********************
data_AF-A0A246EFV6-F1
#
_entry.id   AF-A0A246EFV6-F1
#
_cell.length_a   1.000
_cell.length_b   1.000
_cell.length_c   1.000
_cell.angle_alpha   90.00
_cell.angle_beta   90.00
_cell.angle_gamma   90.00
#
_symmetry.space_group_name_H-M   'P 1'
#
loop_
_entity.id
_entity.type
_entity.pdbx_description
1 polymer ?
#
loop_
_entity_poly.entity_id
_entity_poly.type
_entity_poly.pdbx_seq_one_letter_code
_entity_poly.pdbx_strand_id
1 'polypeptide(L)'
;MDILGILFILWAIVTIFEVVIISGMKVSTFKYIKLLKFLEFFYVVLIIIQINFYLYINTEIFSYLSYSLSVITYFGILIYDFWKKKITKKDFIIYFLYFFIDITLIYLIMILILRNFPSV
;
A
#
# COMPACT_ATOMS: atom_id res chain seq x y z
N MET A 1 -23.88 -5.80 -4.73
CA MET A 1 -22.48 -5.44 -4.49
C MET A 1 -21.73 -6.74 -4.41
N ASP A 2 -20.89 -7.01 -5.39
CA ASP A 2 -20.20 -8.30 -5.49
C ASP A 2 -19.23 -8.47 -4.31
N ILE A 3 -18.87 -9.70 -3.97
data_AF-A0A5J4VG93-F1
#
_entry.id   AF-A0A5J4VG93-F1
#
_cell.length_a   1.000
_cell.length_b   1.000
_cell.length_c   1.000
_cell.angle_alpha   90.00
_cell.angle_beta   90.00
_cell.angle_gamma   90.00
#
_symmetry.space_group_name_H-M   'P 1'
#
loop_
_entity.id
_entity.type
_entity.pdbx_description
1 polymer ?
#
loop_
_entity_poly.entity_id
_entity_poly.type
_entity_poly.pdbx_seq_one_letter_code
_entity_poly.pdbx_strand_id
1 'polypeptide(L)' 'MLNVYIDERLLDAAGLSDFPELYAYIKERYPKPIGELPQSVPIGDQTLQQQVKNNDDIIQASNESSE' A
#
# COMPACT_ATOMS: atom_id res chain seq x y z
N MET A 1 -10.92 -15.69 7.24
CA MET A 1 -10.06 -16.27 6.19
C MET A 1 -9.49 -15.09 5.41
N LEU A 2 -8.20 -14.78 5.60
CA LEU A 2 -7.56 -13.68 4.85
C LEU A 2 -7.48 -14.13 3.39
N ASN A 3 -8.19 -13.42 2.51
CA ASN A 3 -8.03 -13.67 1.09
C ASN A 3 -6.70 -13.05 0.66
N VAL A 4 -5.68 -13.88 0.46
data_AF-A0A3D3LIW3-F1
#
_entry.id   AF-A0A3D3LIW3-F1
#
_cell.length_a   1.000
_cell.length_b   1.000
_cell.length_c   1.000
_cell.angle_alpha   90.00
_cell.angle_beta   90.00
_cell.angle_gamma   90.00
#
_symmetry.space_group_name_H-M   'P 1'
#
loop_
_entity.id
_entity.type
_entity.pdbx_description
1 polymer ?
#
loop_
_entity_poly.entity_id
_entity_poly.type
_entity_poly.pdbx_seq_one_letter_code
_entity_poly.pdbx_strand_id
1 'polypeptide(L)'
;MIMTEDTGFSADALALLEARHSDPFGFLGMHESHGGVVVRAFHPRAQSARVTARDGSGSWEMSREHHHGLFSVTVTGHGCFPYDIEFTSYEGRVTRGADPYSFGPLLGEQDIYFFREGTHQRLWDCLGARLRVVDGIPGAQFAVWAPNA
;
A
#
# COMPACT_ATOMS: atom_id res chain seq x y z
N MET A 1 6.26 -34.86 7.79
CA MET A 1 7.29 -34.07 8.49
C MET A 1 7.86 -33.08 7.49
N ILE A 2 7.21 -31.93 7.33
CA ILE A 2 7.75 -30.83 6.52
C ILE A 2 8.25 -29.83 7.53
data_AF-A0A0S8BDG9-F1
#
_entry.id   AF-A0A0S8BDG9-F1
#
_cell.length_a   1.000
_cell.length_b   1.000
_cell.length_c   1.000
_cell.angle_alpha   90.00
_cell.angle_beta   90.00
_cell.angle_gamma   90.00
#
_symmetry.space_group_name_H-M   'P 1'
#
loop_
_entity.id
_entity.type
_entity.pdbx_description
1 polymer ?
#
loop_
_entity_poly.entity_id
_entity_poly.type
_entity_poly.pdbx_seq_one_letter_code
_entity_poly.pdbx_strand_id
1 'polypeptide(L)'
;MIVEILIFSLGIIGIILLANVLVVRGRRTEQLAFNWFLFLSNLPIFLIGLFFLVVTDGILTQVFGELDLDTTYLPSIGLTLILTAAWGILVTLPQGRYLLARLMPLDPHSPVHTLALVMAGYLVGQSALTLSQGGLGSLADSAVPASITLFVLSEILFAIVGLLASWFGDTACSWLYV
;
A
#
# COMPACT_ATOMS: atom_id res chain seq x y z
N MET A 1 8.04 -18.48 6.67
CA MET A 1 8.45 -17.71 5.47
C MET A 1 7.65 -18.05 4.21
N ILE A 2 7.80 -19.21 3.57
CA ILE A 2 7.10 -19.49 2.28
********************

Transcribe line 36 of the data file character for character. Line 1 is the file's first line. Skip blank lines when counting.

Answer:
C ASP A 2 -19.23 -8.47 -4.31